19.    It is learned that Jacob enjoys violent erotica. He wrote and posted an account very similar to Ben Rifkin’s murder on a violent erotic website. After learning this, could you still see Jacob in a neutral light? Why do you think he posted his story online?

20.    What dark facts about Jacob does Derek reveal to Andy when Andy visits the boy’s home? Why doesn’t Andy know or have noticed any of these facts before? Do you think Laurie knew?

21.    What was your opinion of Neal Logiudice (pronounced la-JOO-dis)?

22.    Do you think Andy’s view of Loguidice changed?

23.    What was your opinion of Jonathan Klein?

24.    Who do you think had the better opening statement in Jacob’s trial, Klein or Loguidice?

25.    Andy thinks Leonard Patz, a registered sex offender, killed Ben Rifkin. Why? Do you think Patz had anything to do with the murder?

26.    What ends up happening to Leonard Patz?

27.    What did you think of Bloody Bill Barber, Andy’s dad? Was he likable?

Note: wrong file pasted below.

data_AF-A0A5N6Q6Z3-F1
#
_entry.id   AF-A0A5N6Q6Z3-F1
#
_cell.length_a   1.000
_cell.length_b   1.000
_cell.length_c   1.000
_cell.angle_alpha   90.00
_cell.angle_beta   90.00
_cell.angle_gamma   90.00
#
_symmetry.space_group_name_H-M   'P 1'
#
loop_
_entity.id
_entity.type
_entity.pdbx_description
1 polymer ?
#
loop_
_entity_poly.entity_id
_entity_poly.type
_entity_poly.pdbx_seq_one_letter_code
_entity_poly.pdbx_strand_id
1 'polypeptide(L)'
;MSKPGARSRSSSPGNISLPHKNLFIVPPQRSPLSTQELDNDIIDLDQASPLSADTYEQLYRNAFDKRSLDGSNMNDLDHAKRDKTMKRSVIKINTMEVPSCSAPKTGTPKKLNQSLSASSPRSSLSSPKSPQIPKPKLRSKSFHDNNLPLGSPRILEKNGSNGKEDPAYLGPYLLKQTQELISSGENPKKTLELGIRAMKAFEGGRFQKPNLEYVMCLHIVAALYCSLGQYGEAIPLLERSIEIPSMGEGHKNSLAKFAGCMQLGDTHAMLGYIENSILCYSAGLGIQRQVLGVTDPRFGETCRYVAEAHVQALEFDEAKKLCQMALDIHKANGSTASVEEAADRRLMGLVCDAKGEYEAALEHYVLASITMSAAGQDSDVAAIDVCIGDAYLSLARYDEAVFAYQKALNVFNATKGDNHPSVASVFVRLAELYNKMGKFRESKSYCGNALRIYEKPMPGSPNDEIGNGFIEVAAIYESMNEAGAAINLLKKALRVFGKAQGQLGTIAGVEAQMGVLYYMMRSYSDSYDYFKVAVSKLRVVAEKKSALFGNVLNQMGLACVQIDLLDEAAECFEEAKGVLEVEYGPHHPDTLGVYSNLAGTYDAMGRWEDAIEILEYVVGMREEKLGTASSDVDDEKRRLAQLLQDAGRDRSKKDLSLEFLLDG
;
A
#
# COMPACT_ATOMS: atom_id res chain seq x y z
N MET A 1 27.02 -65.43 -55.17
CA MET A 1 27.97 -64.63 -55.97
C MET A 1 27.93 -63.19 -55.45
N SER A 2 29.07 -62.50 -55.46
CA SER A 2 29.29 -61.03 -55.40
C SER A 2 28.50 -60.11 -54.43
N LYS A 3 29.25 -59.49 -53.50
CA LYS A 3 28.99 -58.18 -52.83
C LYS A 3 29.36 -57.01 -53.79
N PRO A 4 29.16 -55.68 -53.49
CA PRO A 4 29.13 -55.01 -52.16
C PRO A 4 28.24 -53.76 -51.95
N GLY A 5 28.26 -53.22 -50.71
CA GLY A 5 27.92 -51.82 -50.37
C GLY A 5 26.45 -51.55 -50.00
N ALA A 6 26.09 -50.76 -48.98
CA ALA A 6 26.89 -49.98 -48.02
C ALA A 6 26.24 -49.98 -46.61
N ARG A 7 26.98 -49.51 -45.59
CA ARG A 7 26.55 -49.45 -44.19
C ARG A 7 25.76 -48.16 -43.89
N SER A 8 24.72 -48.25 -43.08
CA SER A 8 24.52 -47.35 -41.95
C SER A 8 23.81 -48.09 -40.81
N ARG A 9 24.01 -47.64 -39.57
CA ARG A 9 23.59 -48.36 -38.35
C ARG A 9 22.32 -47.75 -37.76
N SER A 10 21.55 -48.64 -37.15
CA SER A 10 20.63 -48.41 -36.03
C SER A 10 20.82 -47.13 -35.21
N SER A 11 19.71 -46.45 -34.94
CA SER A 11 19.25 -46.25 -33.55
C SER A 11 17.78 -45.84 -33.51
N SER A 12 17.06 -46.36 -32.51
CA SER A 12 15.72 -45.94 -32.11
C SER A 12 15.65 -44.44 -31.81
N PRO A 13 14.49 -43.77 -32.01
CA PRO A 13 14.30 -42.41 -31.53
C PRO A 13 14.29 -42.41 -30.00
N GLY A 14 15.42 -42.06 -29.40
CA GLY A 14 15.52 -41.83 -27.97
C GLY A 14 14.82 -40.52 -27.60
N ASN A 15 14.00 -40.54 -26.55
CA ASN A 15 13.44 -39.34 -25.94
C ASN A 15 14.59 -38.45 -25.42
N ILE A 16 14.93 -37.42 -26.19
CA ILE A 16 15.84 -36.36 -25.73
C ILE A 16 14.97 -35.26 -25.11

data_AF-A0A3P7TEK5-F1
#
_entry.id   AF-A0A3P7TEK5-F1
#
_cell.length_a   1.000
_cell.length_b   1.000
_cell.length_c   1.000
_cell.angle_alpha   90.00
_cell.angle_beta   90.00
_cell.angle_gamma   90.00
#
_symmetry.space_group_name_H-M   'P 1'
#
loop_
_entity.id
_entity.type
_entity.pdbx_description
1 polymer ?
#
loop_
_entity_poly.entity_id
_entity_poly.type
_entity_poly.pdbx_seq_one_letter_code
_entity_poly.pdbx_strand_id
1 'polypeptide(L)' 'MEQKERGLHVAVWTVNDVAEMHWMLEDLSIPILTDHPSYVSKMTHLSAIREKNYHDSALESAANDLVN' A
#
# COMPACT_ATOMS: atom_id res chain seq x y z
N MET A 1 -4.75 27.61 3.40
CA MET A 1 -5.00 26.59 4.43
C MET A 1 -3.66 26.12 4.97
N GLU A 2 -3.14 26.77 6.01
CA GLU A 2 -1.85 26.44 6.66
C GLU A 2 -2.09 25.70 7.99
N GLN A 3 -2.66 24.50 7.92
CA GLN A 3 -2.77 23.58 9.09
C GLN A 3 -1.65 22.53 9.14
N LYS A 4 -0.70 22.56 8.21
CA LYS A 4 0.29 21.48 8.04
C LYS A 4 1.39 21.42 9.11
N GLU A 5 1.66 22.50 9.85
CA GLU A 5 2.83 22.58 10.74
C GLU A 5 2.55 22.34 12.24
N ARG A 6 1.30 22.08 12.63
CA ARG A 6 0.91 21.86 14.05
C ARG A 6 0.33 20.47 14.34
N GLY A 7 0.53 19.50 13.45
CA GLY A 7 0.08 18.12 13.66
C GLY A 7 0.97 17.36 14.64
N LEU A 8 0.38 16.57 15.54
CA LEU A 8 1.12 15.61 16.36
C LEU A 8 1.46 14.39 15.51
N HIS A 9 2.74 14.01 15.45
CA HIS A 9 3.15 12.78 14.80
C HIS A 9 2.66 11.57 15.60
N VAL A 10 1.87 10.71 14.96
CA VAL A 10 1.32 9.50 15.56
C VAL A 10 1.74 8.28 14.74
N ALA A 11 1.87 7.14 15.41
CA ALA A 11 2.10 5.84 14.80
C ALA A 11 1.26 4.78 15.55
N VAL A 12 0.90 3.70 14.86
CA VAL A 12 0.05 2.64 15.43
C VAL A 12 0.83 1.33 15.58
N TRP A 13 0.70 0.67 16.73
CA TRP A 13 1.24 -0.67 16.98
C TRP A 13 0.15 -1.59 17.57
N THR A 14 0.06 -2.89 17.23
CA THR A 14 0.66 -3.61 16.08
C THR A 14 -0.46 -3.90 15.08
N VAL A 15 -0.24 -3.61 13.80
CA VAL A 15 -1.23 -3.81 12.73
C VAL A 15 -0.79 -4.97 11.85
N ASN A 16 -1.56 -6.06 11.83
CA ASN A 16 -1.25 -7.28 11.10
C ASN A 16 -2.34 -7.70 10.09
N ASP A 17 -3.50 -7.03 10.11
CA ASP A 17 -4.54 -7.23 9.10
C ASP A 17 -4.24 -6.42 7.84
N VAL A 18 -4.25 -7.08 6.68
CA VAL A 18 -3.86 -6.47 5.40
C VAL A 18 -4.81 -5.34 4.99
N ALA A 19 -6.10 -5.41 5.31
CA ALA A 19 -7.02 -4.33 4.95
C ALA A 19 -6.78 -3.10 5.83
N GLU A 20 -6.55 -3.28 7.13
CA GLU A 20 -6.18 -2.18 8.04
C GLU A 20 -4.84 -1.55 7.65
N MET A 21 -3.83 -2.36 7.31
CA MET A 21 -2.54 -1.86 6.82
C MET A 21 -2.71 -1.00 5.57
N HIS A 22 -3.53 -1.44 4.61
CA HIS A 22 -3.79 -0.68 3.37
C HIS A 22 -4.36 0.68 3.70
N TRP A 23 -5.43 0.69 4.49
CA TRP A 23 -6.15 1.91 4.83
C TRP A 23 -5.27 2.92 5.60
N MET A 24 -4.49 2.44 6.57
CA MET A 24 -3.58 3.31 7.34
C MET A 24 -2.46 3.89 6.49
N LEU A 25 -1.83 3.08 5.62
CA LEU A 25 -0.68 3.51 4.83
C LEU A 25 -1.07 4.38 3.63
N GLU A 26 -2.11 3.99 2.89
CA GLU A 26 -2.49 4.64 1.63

28.    What was outcome of Jacob’s trial? How did the Barbers celebrate? What went wrong while they were there? Does this prove anything about Jacob?

29.    If you believed that Jacob was a murderer…why do you think he was?

30.    Andy never told Laurie about his family’s violent history. Why? Would you have told if you were him? How did Laurie react to hearing about Andy’s past? What would your response have been?

31.    There is science examining a possible “warrior gene”. Do you think that nature could outweigh nurture in the development of a human being?

32.    What do you think of the structure of the book? Was it hard to follow?

33.    What did you think of the pace?

34.    Did you like the ending? Were you shocked by it? If you were the writer, what ending would you have chosen?

35.    Did Defending Jacob remind you of any other books? What books would you recommend to someone who liked this book? Why?

 

Other Resources:

William Landay’s website
Lit Lover’s book discussion questions
Authors at Google: William Landay
SeattlePI interview with William Landay